The Palestinian poet
Dareen Tatour from Reineh near Nazareth was arrested in a pre-dawn police raid
on her home on October 11, 2015. On November 2, 2015, she was indicted by the
Israeli authorities in the Nazareth court of “incitement to violence” over a poem
and two statuses on Facebook. She spent three months in different Israeli
prisons before being transferred to house arrest.
Dareen held a long legal
battle, in which she was represented by lawyer Gaby Lasky, to prove that her
poem and statuses constituted a legitimate protest against the crimes of the
On May 3, 2018, judge
Adi Bambiliya-Einstein in the Nazareth Magistrates' Court convicted Dareen of
all the charges. On July 31 Dareen was sentenced to 5 month in prison and six
months of suspended sentence.
On August 8, 2018,
Dareen entered the Jelemeh detention center and was sent to Damoun prison to serve
the last 2 month of the 5 months prison sentence (as she already spent 3 month
in prison immediately after her arrest in October 2015). On September 20 she
was released from prison, after 2 weeks were reduced from her imprisonment for “administrative
Dareen is determined to
appeal against her conviction, as a matter of principle and an important
precedent concerning the freedom of speech and artistic protest.
At the center of the
indictment is a poem Dareen wrote, translated incorrectly by a police officer.
The poem, “Resist my
people, Resist them”, speaks about the crimes of the occupation and
about Palestinian martyrs. The Israeli police, prosecution and court deny the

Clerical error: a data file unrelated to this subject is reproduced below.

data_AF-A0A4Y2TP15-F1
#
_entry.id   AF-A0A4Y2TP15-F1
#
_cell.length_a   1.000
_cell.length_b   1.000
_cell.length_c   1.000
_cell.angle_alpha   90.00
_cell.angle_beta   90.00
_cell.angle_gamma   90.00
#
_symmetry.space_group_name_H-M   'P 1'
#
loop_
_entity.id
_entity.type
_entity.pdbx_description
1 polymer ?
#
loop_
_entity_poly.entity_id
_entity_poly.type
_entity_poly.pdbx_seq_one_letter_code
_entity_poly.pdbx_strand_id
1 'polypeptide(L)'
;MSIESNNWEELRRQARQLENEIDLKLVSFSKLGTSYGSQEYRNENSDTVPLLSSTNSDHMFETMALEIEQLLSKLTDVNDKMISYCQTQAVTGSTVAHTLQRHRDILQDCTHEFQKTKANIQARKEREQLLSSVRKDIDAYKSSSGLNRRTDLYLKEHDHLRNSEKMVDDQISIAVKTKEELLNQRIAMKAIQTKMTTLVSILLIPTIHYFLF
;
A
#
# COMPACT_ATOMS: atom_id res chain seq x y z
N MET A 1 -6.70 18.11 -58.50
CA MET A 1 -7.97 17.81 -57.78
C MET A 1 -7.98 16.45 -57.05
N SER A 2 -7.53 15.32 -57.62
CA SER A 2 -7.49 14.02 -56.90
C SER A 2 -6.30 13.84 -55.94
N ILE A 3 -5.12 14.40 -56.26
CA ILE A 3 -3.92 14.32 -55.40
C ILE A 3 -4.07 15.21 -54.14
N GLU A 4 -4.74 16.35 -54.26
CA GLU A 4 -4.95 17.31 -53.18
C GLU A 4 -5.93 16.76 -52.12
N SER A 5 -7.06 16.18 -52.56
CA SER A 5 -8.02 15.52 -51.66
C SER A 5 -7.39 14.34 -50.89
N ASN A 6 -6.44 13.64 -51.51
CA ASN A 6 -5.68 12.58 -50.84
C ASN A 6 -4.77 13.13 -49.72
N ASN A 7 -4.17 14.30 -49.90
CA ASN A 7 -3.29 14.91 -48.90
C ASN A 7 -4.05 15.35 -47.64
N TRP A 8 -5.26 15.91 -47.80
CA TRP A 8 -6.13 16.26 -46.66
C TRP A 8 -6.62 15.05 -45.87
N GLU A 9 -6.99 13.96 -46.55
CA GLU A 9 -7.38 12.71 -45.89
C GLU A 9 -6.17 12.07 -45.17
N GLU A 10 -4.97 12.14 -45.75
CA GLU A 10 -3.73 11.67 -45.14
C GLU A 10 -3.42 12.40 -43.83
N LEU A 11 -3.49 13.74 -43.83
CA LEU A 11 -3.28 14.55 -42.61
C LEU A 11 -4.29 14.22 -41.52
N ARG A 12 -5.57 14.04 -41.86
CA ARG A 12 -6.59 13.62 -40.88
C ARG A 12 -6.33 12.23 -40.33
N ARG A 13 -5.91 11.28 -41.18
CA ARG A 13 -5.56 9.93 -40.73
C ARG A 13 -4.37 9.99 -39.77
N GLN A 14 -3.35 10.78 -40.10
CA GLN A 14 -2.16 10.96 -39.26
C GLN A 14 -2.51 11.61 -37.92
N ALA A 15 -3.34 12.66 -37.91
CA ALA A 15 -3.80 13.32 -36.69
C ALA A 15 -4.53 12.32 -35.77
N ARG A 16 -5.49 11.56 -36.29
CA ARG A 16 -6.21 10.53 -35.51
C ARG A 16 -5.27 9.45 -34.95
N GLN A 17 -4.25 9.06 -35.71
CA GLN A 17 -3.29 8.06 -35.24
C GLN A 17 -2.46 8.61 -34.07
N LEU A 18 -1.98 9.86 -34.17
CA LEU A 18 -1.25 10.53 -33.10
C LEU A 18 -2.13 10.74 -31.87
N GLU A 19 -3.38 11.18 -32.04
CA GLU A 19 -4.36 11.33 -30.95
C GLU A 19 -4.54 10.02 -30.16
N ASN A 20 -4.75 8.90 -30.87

right of Palestinians even to speak about their suffering and victims and say
that while Tatour speaks about martyrs it could only mean encouraging
The targeting of this
young woman, and the incredible assault the State of Israel is launching on her
personal freedom, has become a symbol for the Israeli authorities’ campaign
against freedom of speech and artistic expression, alarming many in Israel and
all over the world. Repeated unequivocal calls by the writers’
international for her release were ignored. An international
petition by Jewish
Voice for Peace and Adalah-NY drew support from many
writers and intellectuals but was also ignored. For detailed information about
the case and links to many related articles you can consult the “trial” page in
this site. Also, see Free Dareen
Tatour on Facebook.
The legal struggle is
likely to continue through appeals to the district court and probably the high
court of appeal. The legal costs are way beyond her family’s means, so one of
the reasons for establishing this site is to help in fundraising. Dareen
Tatour’s voice, and ours, must be heard.
We appreciate your support.
in German about Dareen Tatour’s case